Thanks to all for the reviews; know that those of us who cannot be there appreciate it immensely!

#38 angelica

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Posted 10 June 2012 - 10:41 AM

For Olga-Lensky, however, I found Kajiya and Gorak just wonderful. Gorak has a beautiful line and executed the steps well and with confidence; Kajiya was light as a feature and pitch-perfect.

That should have been "light as a feather." As I said, I'm still recovering!

#39 Fosca

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Posted 10 June 2012 - 11:27 PM

Some of the music (including the two big pdd for Tatiana/Onegin) for the ballet appear on this CD: http://www.amazon.co...keywords=onegin


There is a recording of the whole ballet music, made some years ago by the Orchestra of Stuttgart State Theatre with conductor James Tuggle. I have no idea if it is available in the US, here's a link to amazon.de:

http://www.amazon.de...39399365&sr=8-1

Even if it is not complete, the Australian recording is much better.

#40 Ilya

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Posted 11 June 2012 - 04:14 AM

In the Tchaikovsky opera (which I know better than the novel), Onegin discusses the Uncle as if he is alive. Also, in both the opera and the ballet, Onegin returns Tatiana's letter.

The actual Russian text of the libretto of the opera does not make it clear whether the uncle is dead or alive. Also, the text does not have Onegin return the letter, but---inlike the book---does not mention that Onegin kept the letter. Therefore, the matter of whether to have him return the letter to Tatyana is up to the stage director in any particular production of the opera. However, having him return the letter would be inconsistent with his character in this part of the opera. In the first two acts, he is quite even-keeled, much like in the novel. On the contrary, the ballet's Onegin is highly prone to hysterics (as are most other characters in the ballet)---tearing the letter, ignoring Tatiana during a conversation, pushing her during the party, making a scene in public, etc. I doubt that such behavior was realistic for a gentleman of Onegin's background in the 1820s.

The libretto of the opera (in Russian) can be found here:
http://feb-web.ru/fe...br/lib-001-.htm

In general, the book is very short on hysterics. The opera introduces quite a bit of hysterics (e.g., the bizarre challenge to a duel in the midst of a party), but the ballet goes far beyond the opera, making caricatures of all the main characters from the book. I immensely enjoyed watching all the dancers (I attended Thursday's performance with Vishneva, Osipova, Gomes, and Matthews); however, the story at times gets so ridiculous that it was difficult to take it seriously. The fact that the choreography is often unmusical didn't help either.

This is in Italian, but maybe it might help with some of the music themes:
http://www.balletto....hp?articolo=605

Thanks! This article has a lot of information!

#41 Goldfish17

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Posted 11 June 2012 - 05:49 AM

In general, the book is very short on hysterics. The opera introduces quite a bit of hysterics (e.g., the bizarre challenge to a duel in the midst of a party), but the ballet goes far beyond the opera, making caricatures of all the main characters from the book. I immensely enjoyed watching all the dancers (I attended Thursday's performance with Vishneva, Osipova, Gomes, and Matthews); however, the story at times gets so ridiculous that it was difficult to take it seriously. The fact that the choreography is often unmusical didn't help either.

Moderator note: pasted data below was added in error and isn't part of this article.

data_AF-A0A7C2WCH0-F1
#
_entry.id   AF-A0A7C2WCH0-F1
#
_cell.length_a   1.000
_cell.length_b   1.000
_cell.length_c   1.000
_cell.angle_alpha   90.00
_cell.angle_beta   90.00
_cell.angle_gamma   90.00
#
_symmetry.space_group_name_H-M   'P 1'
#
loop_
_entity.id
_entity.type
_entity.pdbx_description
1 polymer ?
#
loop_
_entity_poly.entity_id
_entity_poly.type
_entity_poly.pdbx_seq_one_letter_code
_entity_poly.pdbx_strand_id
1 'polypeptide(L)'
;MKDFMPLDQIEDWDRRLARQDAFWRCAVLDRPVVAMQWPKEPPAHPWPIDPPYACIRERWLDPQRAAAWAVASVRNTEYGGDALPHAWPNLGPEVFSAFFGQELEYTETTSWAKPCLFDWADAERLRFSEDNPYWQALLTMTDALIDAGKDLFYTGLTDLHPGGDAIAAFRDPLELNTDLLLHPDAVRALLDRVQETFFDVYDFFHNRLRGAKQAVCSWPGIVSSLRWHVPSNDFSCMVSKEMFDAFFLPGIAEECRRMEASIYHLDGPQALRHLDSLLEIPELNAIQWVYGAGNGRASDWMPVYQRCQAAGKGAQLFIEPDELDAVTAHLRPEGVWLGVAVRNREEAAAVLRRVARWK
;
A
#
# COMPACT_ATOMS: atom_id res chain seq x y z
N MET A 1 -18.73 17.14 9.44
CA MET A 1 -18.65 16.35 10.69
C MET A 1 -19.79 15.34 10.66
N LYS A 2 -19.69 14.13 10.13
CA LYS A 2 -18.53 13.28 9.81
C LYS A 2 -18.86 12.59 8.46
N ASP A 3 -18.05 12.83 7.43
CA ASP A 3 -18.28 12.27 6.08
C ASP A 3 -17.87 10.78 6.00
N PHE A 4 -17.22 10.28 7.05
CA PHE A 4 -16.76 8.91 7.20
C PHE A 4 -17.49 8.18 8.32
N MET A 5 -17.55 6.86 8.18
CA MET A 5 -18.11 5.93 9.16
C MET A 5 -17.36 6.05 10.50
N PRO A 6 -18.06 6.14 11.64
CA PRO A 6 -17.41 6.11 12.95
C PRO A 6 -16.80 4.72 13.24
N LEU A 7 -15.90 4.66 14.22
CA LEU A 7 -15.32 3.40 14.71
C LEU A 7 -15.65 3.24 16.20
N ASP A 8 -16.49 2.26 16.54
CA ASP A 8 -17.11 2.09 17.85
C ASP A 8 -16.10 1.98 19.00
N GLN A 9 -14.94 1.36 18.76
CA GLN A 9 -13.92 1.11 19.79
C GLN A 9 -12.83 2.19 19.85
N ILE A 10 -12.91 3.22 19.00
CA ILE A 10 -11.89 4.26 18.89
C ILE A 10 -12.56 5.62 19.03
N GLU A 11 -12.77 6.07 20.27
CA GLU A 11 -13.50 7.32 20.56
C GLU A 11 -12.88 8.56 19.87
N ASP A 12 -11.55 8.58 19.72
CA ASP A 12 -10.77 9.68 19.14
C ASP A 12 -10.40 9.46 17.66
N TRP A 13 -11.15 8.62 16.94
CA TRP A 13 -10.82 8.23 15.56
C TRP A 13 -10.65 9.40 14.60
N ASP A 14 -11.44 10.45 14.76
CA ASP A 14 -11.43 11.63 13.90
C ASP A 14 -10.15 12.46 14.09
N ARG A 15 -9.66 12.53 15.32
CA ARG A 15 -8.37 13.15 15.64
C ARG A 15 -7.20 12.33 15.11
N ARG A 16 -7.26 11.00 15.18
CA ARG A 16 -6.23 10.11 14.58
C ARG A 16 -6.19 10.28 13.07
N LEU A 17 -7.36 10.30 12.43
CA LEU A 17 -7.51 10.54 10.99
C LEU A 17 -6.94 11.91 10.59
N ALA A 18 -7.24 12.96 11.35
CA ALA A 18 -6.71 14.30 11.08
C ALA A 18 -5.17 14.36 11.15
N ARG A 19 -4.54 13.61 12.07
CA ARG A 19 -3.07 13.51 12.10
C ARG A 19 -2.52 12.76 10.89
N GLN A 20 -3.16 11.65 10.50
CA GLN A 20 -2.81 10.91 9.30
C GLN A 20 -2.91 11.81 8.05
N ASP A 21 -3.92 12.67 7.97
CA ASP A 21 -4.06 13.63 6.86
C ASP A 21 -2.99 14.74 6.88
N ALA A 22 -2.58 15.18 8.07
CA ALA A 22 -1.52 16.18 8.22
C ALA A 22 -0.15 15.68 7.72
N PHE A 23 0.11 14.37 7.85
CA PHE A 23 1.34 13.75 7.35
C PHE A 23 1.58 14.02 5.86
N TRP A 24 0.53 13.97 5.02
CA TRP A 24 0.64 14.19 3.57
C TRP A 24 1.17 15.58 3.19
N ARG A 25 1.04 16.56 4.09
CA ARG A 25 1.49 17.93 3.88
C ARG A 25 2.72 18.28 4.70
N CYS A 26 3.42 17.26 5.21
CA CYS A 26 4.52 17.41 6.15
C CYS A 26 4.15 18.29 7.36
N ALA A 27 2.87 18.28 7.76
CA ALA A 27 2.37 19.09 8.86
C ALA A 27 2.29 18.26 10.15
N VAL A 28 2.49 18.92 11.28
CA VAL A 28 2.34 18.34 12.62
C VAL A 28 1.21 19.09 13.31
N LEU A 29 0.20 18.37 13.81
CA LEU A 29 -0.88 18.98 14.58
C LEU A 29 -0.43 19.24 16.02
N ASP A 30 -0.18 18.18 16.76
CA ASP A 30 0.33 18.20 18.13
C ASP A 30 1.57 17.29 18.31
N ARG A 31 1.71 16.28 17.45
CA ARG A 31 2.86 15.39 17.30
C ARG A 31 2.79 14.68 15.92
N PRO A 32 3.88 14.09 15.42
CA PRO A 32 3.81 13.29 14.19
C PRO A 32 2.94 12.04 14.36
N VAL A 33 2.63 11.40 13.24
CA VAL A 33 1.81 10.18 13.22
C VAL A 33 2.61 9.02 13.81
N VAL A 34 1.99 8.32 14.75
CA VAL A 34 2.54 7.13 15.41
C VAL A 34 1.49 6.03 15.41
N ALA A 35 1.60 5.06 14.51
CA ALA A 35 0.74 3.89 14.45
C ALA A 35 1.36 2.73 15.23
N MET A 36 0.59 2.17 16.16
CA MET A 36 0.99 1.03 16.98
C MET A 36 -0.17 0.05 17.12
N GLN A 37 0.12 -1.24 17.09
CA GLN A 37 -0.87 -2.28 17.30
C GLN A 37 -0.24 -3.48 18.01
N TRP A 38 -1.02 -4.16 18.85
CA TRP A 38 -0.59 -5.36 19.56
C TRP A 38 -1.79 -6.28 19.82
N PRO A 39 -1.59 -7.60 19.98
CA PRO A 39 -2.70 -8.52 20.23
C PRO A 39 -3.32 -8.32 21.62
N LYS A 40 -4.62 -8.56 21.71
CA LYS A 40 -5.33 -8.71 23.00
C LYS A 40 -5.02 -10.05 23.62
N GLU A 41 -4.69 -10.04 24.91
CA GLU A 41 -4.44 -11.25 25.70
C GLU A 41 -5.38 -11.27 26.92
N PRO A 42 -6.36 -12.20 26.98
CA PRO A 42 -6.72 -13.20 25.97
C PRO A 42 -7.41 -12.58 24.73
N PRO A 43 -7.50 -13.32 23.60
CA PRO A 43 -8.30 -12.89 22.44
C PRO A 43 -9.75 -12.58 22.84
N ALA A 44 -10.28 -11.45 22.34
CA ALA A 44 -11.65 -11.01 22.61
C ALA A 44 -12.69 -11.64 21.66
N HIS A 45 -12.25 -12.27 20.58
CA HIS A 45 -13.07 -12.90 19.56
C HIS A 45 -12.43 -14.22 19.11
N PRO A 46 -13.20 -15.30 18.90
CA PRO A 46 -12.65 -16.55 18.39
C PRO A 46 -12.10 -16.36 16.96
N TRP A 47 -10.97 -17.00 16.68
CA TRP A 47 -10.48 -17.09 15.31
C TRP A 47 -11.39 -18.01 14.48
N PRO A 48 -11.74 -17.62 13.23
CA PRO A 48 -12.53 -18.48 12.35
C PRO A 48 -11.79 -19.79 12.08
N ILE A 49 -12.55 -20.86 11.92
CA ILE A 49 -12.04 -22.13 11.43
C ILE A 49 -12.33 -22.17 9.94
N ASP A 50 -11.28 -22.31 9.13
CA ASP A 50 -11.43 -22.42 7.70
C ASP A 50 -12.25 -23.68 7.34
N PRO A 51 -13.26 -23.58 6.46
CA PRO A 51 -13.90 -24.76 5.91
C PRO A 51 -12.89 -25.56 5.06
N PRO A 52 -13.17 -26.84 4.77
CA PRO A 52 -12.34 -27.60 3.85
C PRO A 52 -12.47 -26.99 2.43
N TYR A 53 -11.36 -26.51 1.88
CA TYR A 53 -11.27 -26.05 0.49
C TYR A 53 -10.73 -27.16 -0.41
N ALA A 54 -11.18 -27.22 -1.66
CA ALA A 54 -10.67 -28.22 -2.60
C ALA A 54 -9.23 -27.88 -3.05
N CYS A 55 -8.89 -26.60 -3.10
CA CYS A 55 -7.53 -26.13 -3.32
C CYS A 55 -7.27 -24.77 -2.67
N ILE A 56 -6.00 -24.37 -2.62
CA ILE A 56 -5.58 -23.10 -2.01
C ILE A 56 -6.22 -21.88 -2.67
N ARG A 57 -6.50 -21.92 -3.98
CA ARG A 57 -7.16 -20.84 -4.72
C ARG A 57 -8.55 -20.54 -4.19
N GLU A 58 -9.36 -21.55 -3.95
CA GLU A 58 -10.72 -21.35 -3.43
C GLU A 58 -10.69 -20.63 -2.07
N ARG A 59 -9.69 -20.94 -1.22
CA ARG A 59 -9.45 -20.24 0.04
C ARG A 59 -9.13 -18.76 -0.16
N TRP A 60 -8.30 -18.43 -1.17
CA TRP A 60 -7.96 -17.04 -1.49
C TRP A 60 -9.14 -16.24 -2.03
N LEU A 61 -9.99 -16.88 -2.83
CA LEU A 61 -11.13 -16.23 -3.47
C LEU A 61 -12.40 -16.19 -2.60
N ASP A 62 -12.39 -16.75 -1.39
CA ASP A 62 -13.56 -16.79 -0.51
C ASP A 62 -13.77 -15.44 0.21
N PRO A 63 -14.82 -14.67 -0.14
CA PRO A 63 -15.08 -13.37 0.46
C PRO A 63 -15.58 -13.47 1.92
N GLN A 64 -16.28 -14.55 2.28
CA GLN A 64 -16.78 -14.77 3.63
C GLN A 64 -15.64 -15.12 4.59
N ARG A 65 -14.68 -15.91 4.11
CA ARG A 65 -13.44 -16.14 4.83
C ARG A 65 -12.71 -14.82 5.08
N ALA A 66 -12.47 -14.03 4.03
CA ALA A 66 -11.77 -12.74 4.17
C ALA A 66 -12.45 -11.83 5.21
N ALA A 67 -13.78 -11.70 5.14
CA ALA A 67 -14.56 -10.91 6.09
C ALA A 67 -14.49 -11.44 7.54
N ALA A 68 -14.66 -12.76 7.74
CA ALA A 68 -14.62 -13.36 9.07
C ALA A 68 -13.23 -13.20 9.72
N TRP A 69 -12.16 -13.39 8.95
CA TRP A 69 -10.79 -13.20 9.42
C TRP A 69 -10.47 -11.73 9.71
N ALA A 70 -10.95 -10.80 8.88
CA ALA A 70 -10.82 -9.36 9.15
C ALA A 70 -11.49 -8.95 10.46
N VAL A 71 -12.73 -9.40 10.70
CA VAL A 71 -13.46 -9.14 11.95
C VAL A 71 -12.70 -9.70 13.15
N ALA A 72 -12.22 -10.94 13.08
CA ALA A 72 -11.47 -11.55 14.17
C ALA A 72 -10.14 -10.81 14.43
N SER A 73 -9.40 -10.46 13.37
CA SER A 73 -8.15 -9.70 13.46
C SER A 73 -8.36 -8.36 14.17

Absolutely agree.
I went to see Kent/Bolle performance, and having never seen this ballet before, I wish I did not read (and love) the actual poem.

I love the Pushkin's book, and it did not help me to enjoy performance at all.. I think if I did not read the poem, it would be easier to tolerate ridiculous ballet story. Also, costumes in Act I were laughable.. (why Tatiana and Olga are dressed as peasants??? Other girls of their circle are also dressed as peasants, while man are wearing proper evening attire. And vice versa during the peasant dance )

#42 Birdsall

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Posted 11 June 2012 - 06:15 AM


In general, the book is very short on hysterics. The opera introduces quite a bit of hysterics (e.g., the bizarre challenge to a duel in the midst of a party), but the ballet goes far beyond the opera, making caricatures of all the main characters from the book. I immensely enjoyed watching all the dancers (I attended Thursday's performance with Vishneva, Osipova, Gomes, and Matthews); however, the story at times gets so ridiculous that it was difficult to take it seriously. The fact that the choreography is often unmusical didn't help either.


Absolutely agree.
I went to see Kent/Bolle performance, and having never seen this ballet before, I wish I did not read (and love) the actual poem.

I love the Pushkin's book, and it did not help me to enjoy performance at all.. I think if I did not read the poem, it would be easier to tolerate ridiculous ballet story. Also, costumes in Act I were laughable.. (why Tatiana and Olga are dressed as peasants??? Other girls of their circle are also dressed as peasants, while man are wearing proper evening attire. And vice versa during the peasant dance )


I think Pushkin's poem/novel is so wonderful that it is hard to enjoy the ballet the same way after reading it. I think it is best to go from poem to Tchaikovsky's opera (which has more moving music, in my opinion) and then to the ballet. Then, the ballet doesn't seem as inferior, but if you go straight from the novel to the ballet, I can imagine it would be disappointing. I went from the book years ago to the opera many years ago and was disappointed but came to love the opera over time. The ballet which I know from video is not too different from the opera, so I actually enjoy it for a fairly "modern" ballet. I am not sure I would understand the entire story if I just started with the ballet. There were several moments that I thought would be confusing if you didn't know the story already. Also, the whole flirtation with Olga at the party which upsets Lensky does come off as too sudden in the ballet.